Vernon sign company has carved a niche for itself
By Sophia Burris
VERNON —Signs of All Kinds is not your conventional family business.
The business started in 1989, when John Prusak and his wife, Allison, noticed a series of poorly crafted decorative mailboxes. John, unimpressed, declared, "I could make 'em better!"
The Prusaks took it first as a personal challenge, and then as a partial pastime. They began transforming mailboxes into anything from boxcars to swans.
One of their first customers ordered a dalmation mailbox, which John and Allison completed around the same time "101 Dalmations" was released by Disney. From there, their popularity heightened considerably.
From just making mailboxes and some signs in the garage of their house, the Prusaks' business flourished, pushing them first to a factory building in Willington for three years and then to the historic Hockanum Mill in Rockville. The mill has been their center of operations now for 10 years. As for further expansion, Allison explains that while they would love their own building, the need and desire for new tools has, thus far, outweighed the need for relocation.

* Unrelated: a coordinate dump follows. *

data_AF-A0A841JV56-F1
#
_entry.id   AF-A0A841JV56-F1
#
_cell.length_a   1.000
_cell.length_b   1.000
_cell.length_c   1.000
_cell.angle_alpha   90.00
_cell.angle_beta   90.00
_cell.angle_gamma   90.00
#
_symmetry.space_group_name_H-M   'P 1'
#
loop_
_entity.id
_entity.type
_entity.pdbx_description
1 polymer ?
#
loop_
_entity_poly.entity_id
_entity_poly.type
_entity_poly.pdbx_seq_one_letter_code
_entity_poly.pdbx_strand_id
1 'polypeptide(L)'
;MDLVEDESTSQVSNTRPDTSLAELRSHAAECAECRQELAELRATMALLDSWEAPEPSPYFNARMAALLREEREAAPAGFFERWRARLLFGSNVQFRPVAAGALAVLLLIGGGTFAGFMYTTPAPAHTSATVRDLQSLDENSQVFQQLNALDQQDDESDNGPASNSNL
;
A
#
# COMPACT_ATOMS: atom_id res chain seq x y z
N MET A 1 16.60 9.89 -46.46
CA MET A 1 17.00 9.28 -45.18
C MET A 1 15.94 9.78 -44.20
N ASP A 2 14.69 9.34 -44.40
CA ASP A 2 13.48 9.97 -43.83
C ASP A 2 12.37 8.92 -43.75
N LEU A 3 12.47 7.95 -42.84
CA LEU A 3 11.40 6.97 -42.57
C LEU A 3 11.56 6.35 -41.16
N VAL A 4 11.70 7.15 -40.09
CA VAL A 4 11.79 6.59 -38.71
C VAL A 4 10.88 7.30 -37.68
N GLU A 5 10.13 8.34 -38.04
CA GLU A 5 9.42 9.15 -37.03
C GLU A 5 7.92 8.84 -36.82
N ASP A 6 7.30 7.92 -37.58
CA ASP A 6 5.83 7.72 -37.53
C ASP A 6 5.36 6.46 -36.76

And certainly equipment is crucial to the business. In fact, accumulation of machines was part of the reason for the move to Vernon, because added space was necessary.
"Every time we got a new piece of equipment, it changed what we could do," Allison says. In fact, the business has evolved to the point that mailboxes are rarely an order they are called to fill. Instead, they specialize mainly in architectural signs, carved wood, vehicle advertising, vinyl banners and custom vinyl, and real estate or job site signs. One example is the series of signs they are currently designing for Rockville General Hospital's expansion project.
The Prusaks also run an adjunct business, the Stone Mill, which allows for more individualized creations like slate address plates, memorials, and welcome plaques. For instance, there are flower pots with Irish sayings on them, and plaques declaring the glory of wine. Specialty orders, such as slate game boards, are also available. Examples of their merchandise are displayed on:
Currently, Signs of All Kinds has seven employees. Aside from Allison and John, there is their son, Geoff, who does much of the carving.
Despite its small size, however, the business is growing steadily. Aside from local customers, the Prusaks also sell through magazines and online retailers. Brookstone and L.L. Bean are included in their customer base. Among the local landmarks the Prusaks are responsible for are the St. Bernard church sign; the K.L. Smith Insurance Agency sign— an intricate dragon-and-knight carving framed by castle-like pillars; the Gottier Plumbing and Heating sign; and the Willington town welcome sign.